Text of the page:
90 PSI water pressure?

observation: water pressure testing conducted at the lowest hose outlet on the exterior of the house. No verification that the hose valve is located downstream of the water pressure regulator. No expansion tank installed on the hot water heater.

Water pressure testing results:90# psig.

What say you?

There are no other indicators anywhere in the house that water pressure is excessive.

Must the pressure reducing valve be adjusted?

“Must” is an inappropriate word in an inspection report.

I would record my observation that the pressure is above the optimum and I would recommend that it be adjusted to be between 60 and 80.

In my area most arrogation supply is installed before the interior regulator which sometimes includes the hose bibs.

would you expect a plumber to come out on a service call to adjust 10 psi when there is no other associated conditions?

I find that water pressure gauges are very inaccurate. I go through at least six or seven of them a year due to freezing, shock damage, inaccuracy etc…

Outside of those cells are often not part of the regulated water supply. This was not covered in the inspection report.

Whether or not my recommendation in an inspection report is “practical” has no bearing on whether or not it will appear in my report, since it is simply a record of observations and recommendations from which my client may (or may not) choose to have accomplished. They may decide to wait until there is some other problem in the future…and then implement one of my recommendations in conjunction with it. I don’t know.

In an energy audit report, where I am writing/prioritizing a scope of work, I will take such matters into consideration. For a home inspection report…it’s a waste of time, IMO. More often than not, they are going to use the sum of the issues to negotiate a reduction in price…get their reduction in price…and then file the report away for years.

what did the other hose bibs read??

90 is too high and should be regulated down…

First, I would verify (with my accurate, non-freezing pressure gauge) that the INSIDE pressure is high. Then my report would simply state;

“The water pressure inside the residence is exceeds 80 psi and the regulator should be adjusted so that the static pressure is between 60 and 75 psi. However, it may be that the regulator has failed, or is failing and the pressure cannot be reduced, in which case the regulator should be replaced by a qualified plumber.”

82 or for that matter 80.5 is too high.

Either of which are an indication that the regulator (if there is one) is not doing it’s job.

If we are there during the day… what do you suppose the pressure is “creeping” to at night?

Just about every regulator I’ve installed was nearly 60 psi, right out of the box. If I see see a measurement near 80 psi, I’ll make a note to check again in the near future.

Next time you see a borderline measurement, leave a gauge with the “High Sweep” if you have one… on overnite, you may see it creep up quite a bit.

I’ve done just that several times when it was borderline, only to find the daytime pressure about the same during the daytime and as high as 120 (red sweep hand) for overnite pressure.

Always something…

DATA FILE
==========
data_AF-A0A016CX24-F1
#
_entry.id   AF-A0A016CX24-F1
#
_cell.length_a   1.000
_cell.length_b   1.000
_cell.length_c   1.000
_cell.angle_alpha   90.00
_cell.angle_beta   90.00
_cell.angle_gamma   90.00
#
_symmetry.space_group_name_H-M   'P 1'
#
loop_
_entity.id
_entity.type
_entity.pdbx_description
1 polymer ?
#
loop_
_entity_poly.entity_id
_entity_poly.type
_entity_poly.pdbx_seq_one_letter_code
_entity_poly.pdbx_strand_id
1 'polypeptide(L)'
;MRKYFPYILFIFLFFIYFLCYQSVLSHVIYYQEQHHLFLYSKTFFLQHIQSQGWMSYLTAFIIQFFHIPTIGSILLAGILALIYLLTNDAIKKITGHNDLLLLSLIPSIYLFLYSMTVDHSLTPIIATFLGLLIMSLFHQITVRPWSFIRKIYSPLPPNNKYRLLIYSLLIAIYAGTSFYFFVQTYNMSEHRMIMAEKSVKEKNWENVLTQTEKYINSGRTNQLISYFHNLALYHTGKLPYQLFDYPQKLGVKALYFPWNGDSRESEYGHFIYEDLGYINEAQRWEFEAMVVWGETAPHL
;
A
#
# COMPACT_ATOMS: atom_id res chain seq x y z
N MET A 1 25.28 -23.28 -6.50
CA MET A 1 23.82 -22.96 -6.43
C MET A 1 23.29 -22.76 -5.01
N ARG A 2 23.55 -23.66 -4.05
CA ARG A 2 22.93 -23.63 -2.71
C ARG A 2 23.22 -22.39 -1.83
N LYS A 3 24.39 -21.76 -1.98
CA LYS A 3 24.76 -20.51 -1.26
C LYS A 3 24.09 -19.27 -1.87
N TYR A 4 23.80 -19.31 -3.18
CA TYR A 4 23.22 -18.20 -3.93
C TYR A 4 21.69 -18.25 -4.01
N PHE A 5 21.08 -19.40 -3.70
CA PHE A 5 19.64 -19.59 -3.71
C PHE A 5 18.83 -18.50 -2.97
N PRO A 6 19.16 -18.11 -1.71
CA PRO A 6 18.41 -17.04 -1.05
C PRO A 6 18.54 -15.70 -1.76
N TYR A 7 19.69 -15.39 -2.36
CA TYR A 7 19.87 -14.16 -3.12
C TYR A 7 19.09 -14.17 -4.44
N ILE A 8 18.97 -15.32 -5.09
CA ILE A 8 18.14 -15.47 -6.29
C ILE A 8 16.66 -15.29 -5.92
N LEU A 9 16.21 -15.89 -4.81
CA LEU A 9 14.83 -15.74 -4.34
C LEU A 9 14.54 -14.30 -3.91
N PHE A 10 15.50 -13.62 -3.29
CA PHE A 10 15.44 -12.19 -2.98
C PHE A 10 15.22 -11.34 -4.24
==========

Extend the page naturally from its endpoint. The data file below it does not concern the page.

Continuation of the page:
Brian, I didn’t do this testing. I inspected the house three years ago. The now listing real estate agent (selling real estate agent then) is asking for opinions.

I gave my opinion.

I am looking for other opinions or possible requirements (not building code) that sets maximum water pressure requirements.

I’m interested in the arguments that the homeowner is required to pay for a plumber to adjust water pressure one psi above 80 psi standards.

It is noteworthy to report that the pressure is elevated, but what is the justification for requiring adjustment?

How does it fit here?

one PSIG above standard, probably not because none of us carry Calibrated, mirror back, accurate, pressure gauges…:wink:

But 90 PSIG is too much… it is hard on the crappy internal piping assembled in Sri Lanka, on Dishwashers, Icemakers, Clothes Washers, etc…

The regulator installed may have failed… :smiley:

Homeowners are not required here to even look at my report let alone act on any of my recommendations.

This is a false assertion. There is no argument that would require a homeowner to take any action on this issue.

what I’m asking is how much is too much?

is there documentation on any appliance that specifically addresses pressure regulation limits?

thank you Jeffrey, that is what I’m trying to ascertain. I keep getting conjecture!


most of your posts are conjecture… why should we be any different…:wink:

Just make up stuff to tell your Realtor friend and I am sure they will keep using you… :stuck_out_tongue:

I don’t make stuff up is I go along !

So,#1 my posts are not conjecture, #2 your recommendation proves that you do! :slight_smile:


Per the IRC (if that is what is in use in your area) P2903.3.1 Max pressure 80 PSI…



The model code is written for a reason… you will end up with more chances for water hammer above 80 psig in residential plumbing.

:mrgreen: :mrgreen: :mrgreen:

I have seen some instances where the pressure is so high it caused the TPR valves to leak. In those cases adjustment or replacement of the regulator was the only fix.


Even so…a home inspection report is not a “must do” report. It is a collection of opinions, suggestions and recommendations that carry whatever amount of weight the parties to the real estate transaction wish to give it.